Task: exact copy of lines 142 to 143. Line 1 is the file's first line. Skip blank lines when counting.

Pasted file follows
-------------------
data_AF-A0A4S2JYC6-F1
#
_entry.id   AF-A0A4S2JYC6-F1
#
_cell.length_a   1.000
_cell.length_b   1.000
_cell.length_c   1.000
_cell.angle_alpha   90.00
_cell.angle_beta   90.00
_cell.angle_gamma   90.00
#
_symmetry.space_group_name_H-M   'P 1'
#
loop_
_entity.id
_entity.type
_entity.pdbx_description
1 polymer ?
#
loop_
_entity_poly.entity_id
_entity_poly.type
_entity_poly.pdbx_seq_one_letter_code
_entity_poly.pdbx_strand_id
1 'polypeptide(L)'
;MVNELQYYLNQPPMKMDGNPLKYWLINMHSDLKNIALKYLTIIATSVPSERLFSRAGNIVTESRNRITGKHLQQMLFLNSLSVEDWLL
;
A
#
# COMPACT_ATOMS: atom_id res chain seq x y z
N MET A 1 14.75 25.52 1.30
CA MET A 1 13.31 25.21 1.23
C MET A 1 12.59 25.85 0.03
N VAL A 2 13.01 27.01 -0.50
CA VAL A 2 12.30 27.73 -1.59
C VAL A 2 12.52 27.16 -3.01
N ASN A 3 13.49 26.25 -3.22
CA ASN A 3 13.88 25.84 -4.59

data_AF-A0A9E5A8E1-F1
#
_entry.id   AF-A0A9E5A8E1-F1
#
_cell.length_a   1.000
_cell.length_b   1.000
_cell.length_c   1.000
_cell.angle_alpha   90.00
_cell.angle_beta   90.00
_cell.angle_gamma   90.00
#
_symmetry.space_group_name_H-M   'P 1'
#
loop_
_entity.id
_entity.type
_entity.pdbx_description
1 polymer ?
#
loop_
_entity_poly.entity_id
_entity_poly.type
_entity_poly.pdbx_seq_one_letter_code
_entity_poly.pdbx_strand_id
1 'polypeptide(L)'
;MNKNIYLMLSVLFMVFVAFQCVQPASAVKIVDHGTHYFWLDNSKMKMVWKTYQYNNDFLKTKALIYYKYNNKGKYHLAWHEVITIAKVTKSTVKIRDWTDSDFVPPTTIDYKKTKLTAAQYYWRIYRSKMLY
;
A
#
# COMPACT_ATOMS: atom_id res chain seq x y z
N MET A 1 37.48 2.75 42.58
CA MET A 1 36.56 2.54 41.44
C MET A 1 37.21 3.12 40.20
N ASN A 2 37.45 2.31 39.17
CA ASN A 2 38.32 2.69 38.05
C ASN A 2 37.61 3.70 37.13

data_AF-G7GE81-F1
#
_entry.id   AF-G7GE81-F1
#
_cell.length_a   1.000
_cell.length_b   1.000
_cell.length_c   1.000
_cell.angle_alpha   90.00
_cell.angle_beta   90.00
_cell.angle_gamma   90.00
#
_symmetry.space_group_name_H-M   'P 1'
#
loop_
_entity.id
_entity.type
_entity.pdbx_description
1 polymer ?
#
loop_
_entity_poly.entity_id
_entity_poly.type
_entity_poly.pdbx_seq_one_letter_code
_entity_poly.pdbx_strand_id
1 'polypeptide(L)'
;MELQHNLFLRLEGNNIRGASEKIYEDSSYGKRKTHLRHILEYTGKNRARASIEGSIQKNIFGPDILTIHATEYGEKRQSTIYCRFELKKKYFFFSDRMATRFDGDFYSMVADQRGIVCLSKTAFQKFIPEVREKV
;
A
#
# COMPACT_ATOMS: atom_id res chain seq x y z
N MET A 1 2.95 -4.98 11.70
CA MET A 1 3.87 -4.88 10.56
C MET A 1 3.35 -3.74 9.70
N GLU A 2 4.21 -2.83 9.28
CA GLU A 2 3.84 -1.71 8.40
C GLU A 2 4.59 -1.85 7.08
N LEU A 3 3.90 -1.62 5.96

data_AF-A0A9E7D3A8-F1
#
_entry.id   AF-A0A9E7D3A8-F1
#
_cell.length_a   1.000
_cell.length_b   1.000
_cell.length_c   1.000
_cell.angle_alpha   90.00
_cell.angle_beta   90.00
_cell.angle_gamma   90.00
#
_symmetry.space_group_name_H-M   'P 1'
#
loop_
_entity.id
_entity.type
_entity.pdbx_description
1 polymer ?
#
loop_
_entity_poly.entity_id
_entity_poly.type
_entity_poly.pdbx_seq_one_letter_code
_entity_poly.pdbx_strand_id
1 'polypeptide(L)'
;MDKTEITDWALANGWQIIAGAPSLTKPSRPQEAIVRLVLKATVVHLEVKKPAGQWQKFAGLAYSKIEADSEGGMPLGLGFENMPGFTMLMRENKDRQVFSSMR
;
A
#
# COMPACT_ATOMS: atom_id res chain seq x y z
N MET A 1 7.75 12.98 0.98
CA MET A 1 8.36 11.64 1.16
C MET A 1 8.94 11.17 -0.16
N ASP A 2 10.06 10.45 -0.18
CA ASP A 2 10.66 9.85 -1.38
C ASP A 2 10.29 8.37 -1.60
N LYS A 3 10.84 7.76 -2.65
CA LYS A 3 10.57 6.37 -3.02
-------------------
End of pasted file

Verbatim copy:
N MET A 1 7.75 12.98 0.98
CA MET A 1 8.36 11.64 1.16